Rudolf Stingel conceived this exhibition especially for Palazzo Grassi. Given the utmost freedom of execution, Stingel has completely transformed the museum, filling the entire space with an oriental carpet. Moving beyond the idea of two-dimensionality that is conventionally associated with painting, the exhibition aims to subvert the usual spatial relationship between a painting and viewer.
The carpet evokes the thousand-year history of Venice, the ‘Most Serene Republic’, but also recalls the Middle-European culture so loved by the artist; for example, we are reminded of Sigmund Freud’s early twentieth-century Viennese study. This reference undoubtedly provides a key to interpreting this installation: on entering the ‘labyrinth’, an all-encompassing feeling and sensorial experience transport us towards the transcendence of the Ego, by means of its removal and its ghosts. The nearly thirty paintings exhibited suggest presences that are ‘buried’ in memory, and removed experiences that thrive again. The architectural space becomes an introspective and projective space, silent and welcoming, suitable for meditation: but Stingel’s work alters our visual and spatial perception of it, suggesting a new, rarified and suspenseful atmosphere in which the silver, white and black of the paintings stands out like so many other ‘openings’ on Venice, in an another dimension.
Rudolf Stingel was born in Merano in 1956. He currently lives and works in New York.
Stingel’s entire artistic production revolves around the concept of painting, and the relationship between abstraction and figuration, pattern and texture, as well as the more profound existential questions of memory, time and vanitas. This focus translates itself into works on various supports and executed in different styles, in stylistic exercises ranging from hyperrealism to abstraction. With his work, Rudolf Stingel invites the viewer into a relationship that, more than visual, is also tactile, experiential, and introduces a participative dimension into the pictorial process. In 1989 he made Instructions, a precise instructions manual that explains how to create some of his abstract works. Home Depot (2004), a site-specific installation made for the Museum für Moderne Kunst (Frankfurt am Main), demanded a real contribution from visitors who were encouraged to walk on red and silver insulating panels, thus leaving their own mark.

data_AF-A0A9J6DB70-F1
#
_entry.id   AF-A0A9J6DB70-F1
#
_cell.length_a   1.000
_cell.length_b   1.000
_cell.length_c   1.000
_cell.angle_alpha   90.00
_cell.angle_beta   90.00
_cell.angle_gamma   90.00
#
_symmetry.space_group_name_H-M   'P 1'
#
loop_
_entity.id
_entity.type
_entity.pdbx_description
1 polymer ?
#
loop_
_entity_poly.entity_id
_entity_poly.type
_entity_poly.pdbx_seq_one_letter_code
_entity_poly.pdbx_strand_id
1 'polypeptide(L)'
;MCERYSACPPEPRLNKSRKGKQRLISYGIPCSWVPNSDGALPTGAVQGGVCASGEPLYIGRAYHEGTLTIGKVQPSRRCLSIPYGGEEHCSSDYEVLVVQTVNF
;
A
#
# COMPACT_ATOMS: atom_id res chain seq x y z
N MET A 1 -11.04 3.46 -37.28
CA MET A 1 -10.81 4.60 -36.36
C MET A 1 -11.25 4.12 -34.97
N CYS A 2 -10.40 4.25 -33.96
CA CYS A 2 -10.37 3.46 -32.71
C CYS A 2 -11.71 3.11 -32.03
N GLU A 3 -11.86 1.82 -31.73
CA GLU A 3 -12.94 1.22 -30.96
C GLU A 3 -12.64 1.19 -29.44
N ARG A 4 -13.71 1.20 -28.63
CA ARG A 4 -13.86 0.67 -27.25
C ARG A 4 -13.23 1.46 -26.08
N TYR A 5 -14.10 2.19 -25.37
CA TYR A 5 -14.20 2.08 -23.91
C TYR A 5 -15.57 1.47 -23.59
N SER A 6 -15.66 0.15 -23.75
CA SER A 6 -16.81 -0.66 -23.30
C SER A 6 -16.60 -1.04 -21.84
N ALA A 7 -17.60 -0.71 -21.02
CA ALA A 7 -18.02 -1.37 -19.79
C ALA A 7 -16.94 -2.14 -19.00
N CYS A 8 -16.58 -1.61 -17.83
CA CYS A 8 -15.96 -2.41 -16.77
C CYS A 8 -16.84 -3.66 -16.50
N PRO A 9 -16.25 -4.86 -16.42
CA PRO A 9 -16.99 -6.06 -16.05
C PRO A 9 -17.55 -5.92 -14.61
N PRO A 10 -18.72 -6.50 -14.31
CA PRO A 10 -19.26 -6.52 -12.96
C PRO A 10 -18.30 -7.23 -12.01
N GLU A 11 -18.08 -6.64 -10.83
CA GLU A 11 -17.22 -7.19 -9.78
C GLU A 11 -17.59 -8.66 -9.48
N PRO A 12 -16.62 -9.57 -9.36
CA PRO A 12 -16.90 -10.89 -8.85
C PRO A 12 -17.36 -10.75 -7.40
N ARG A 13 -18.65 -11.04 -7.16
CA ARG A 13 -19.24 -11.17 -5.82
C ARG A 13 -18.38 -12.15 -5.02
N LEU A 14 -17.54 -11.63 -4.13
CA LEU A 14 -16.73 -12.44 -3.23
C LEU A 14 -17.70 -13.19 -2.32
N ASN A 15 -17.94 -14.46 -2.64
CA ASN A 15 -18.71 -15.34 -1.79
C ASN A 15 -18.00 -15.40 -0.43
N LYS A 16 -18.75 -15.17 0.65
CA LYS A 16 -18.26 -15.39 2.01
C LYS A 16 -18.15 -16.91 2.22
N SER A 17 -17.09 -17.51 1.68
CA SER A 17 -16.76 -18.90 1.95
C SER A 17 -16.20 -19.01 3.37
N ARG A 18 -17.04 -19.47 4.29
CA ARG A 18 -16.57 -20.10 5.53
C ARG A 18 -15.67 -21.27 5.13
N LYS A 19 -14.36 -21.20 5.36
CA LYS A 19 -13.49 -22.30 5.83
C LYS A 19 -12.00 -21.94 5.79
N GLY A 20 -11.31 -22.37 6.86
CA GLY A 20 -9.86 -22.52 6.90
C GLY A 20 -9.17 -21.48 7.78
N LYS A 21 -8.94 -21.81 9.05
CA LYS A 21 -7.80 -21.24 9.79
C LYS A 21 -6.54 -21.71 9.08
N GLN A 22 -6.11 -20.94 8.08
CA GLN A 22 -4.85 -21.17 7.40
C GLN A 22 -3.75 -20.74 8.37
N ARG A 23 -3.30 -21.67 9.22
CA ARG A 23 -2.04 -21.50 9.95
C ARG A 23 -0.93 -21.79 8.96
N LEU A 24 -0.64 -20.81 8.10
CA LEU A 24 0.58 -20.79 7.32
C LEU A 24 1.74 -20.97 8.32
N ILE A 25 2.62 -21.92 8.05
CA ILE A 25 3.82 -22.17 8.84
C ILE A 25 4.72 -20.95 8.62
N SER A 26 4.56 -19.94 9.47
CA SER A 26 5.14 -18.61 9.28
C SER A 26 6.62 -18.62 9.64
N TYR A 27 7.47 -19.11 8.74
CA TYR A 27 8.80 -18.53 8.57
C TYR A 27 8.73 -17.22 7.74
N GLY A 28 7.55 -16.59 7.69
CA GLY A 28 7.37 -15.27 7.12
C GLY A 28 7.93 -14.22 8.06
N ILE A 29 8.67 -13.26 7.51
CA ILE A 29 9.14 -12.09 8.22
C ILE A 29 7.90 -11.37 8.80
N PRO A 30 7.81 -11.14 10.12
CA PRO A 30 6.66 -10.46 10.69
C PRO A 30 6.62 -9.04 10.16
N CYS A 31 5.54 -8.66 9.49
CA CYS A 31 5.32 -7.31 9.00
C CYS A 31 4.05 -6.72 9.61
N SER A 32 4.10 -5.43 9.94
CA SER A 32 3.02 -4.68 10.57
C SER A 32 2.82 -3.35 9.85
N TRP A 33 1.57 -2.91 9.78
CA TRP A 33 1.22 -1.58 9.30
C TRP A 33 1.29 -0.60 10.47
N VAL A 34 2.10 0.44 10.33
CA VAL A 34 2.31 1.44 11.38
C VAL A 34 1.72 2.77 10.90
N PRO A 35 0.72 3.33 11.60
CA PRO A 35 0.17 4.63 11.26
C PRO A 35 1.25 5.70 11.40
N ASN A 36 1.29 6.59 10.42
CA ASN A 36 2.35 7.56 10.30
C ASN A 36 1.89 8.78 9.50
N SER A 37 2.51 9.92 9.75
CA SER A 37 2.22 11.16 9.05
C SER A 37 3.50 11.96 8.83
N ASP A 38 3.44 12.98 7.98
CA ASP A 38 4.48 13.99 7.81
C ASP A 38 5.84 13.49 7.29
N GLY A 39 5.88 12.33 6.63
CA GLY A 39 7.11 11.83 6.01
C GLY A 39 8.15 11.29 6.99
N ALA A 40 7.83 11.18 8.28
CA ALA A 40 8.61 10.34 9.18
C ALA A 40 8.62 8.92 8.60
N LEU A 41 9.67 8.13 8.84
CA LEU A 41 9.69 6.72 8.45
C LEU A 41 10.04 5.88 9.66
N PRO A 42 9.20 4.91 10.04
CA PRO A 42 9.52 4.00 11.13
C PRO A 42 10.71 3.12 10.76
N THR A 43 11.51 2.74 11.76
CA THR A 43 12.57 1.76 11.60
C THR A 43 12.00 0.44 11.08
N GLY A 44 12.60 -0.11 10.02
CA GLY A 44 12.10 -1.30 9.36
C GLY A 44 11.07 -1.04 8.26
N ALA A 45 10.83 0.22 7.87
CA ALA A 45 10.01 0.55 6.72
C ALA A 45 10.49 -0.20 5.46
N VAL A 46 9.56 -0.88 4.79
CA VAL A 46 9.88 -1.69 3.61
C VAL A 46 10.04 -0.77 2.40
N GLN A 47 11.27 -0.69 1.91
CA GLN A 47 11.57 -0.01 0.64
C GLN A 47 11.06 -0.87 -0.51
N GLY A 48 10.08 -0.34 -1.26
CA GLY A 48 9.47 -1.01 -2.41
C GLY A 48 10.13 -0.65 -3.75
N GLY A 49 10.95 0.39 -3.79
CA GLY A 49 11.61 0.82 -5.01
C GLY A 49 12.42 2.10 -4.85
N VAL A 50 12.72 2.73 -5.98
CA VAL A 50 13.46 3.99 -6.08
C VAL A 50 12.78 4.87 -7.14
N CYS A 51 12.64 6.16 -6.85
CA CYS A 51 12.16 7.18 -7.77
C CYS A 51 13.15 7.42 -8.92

From 1991, Stingel began making ‘carpets’ with which he often covers entire spaces, including walls: it is a non-painting that crosses the limit – also conceptual - of what a painting is, and becomes an environment. Even in his abstract paintings, when he abandons geometry and stylised elements and spreads out the paint on canvases in an ‘illogical’ way, it is possible to recognise shapes and patterns that have always characterized his work.
Apparently in contradiction with these works, Stingel also makes other paintings that avail themselves of photorealism: both portraits and self-portraits, on a large and very small scale.
Rudolf Stingel’s artistic production is prolific and varied but at the same time meticulous and generous.
His work was recently exhibited at Karma, New York (2015), Bass Museum of Art, Miami (2014), Inverleith House, Edinburgh (2014). Some of his works were recently shown at Palazzo Grassi in the exhibitions “The World Belongs to You” (2011-12), “Mapping the Studio” (2009-11), “Sequence 1” (2007) and “Where are We Going?” (2006).